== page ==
THERE is a very interesting article in the Age by Melbourne barrister Michael Challinger (and yes, it really is by Michael Challinger) describing his and others’ abject compliance with the dictates of North Korea’s tourism authorities. On cue and as instructed his tour party laid flowers and wore solemn faces at the monument to Kim Il-sung. They accepted without protest their mobile incarceration in a bus hermetically sealed to eliminate contact with any but chaperones. They stayed in their hotel, did always as told and gave no trouble whatsoever. Challinger admits to a little guilt at his willingness to “toe the line” and suggests his experience needs to be borne in mind as news footage from Pyongyang continues to show Kim Jong-il’s mourners dabbing at tears and balling their little, grief-stricken fists. You go along to get along is what he is saying, further hinting that North Koreans’ true feelings might be other than they have been presented.
It is a heartening article, most especially because it appears in The Age, which is Melbourne’s very own Hermit Kingdom. It is not, mind you, that the city on the Yarra would set itself adrift on a sea of tears if editor Paul Ramadge were to turn a peculiar shade of puce, clutch his chest and tumble lifeless into the rubbish bin, where Gerard Henderson’s banished columns serve as a liner. Rather, the interest would be in a captive newsroom’s reaction.
Would the inmates engage in acts of conspicuous prostration before the Age’s altar to George Galloway, praying for Ramadge’s apotheosis to the immortal ranks of Journalism’s Dear Leaders? Probably.
Would they ease each other’s grief with public speeches of their newspaper as a brave light in a world of darkness? Almost certainly (although not, for obvious reasons, during Earth Hour week)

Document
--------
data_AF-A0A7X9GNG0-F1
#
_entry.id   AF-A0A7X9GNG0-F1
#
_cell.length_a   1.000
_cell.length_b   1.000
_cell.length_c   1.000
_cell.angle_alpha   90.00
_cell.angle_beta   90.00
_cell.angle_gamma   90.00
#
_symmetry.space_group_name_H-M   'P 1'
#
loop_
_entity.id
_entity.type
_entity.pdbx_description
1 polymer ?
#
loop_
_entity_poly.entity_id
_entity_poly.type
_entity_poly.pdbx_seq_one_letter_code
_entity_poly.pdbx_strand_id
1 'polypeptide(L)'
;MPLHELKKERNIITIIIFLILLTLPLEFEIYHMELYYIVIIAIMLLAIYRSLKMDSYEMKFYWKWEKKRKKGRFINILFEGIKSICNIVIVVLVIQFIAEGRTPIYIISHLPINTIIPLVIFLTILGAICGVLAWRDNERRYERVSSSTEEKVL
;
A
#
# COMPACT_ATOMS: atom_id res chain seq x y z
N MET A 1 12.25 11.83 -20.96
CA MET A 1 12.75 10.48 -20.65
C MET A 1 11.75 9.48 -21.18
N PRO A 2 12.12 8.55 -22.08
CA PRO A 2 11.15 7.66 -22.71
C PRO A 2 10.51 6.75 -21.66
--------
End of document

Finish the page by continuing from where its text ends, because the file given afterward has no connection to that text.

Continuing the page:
Would a women’s group convene to chant of Tony Abbott’s sexism and to invoke, rather like the first scene of Macbeth, the ancient Ann Summers' incantations of something wicked and conservative their way coming? Without a doubt.
Today, though, Challinger’s article gives a little hope, as it must to those who would wish to see North Korea discard its generational insanity and re-join the real world. Somewhere in the Age there must be at least a few who cash their pay cheques and understand those weekly rewards are for staying quiet and toeing the line. There must be some as well whose social circles extend beyond the Greens-voting denizens of the inner city, Age inmates who have actually met Melbournians more concerned about jobs and prosperity than the emotional impact of Bay dredging on anxious molluscs. Somewhere, perhaps hiding for their safety and that of their mortgages in a broom closet, there must he someone who does not ride and love a bicycle.
Who knows what will happen in North Korea? It may be that change will come and reform will flower, that some small crack will open to unleash a flood of thought unencumbered by doctrine and dogma. One gathers that is Challinger’s faint hope. It is certainly that of those who would love to see Melbourne re-gain at least one decent newspaper.